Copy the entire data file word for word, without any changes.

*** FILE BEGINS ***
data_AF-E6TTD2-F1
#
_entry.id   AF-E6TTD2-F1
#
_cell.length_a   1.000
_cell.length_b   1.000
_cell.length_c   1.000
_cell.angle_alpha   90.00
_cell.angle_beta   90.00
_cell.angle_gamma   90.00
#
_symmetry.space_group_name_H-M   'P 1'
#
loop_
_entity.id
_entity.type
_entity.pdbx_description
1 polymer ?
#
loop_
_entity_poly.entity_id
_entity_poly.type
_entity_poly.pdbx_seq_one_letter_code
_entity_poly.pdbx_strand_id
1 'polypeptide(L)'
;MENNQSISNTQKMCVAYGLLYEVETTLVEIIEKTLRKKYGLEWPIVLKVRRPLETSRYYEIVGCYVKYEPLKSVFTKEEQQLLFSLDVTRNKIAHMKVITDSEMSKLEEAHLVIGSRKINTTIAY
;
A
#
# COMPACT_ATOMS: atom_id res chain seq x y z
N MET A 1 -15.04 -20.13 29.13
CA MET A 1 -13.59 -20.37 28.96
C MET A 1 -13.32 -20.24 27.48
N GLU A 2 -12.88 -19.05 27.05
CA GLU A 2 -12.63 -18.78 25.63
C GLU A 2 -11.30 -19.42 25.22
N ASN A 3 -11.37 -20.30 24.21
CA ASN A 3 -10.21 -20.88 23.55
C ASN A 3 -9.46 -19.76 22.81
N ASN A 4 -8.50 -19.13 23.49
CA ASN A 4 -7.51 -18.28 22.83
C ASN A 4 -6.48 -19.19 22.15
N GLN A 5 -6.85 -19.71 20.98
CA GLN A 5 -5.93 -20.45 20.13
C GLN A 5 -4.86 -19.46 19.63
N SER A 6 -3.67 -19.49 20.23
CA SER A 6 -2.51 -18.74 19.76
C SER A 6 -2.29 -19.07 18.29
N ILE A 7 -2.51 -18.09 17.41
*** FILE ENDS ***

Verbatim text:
data_AF-E6TTD2-F1
#
_entry.id   AF-E6TTD2-F1
#
_cell.length_a   1.000
_cell.length_b   1.000
_cell.length_c   1.000
_cell.angle_alpha   90.00
_cell.angle_beta   90.00
_cell.angle_gamma   90.00
#
_symmetry.space_group_name_H-M   'P 1'
#
loop_
_entity.id
_entity.type
_entity.pdbx_description
1 polymer ?
#
loop_
_entity_poly.entity_id
_entity_poly.type
_entity_poly.pdbx_seq_one_letter_code
_entity_poly.pdbx_strand_id
1 'polypeptide(L)'
;MENNQSISNTQKMCVAYGLLYEVETTLVEIIEKTLRKKYGLEWPIVLKVRRPLETSRYYEIVGCYVKYEPLKSVFTKEEQQLLFSLDVTRNKIAHMKVITDSEMSKLEEAHLVIGSRKINTTIAY
;
A
#
# COMPACT_ATOMS: atom_id res chain seq x y z
N MET A 1 -15.04 -20.13 29.13
CA MET A 1 -13.59 -20.37 28.96
C MET A 1 -13.32 -20.24 27.48
N GLU A 2 -12.88 -19.05 27.05
CA GLU A 2 -12.63 -18.78 25.63
C GLU A 2 -11.30 -19.42 25.22
N ASN A 3 -11.37 -20.30 24.21
CA ASN A 3 -10.21 -20.88 23.55
C ASN A 3 -9.46 -19.76 22.81
N ASN A 4 -8.50 -19.13 23.49
CA ASN A 4 -7.51 -18.28 22.83
C ASN A 4 -6.48 -19.19 22.15
N GLN A 5 -6.85 -19.71 20.98
CA GLN A 5 -5.93 -20.45 20.13
C GLN A 5 -4.86 -19.46 19.63
N SER A 6 -3.67 -19.49 20.23
CA SER A 6 -2.51 -18.74 19.76
C SER A 6 -2.29 -19.07 18.29
N ILE A 7 -2.51 -18.09 17.41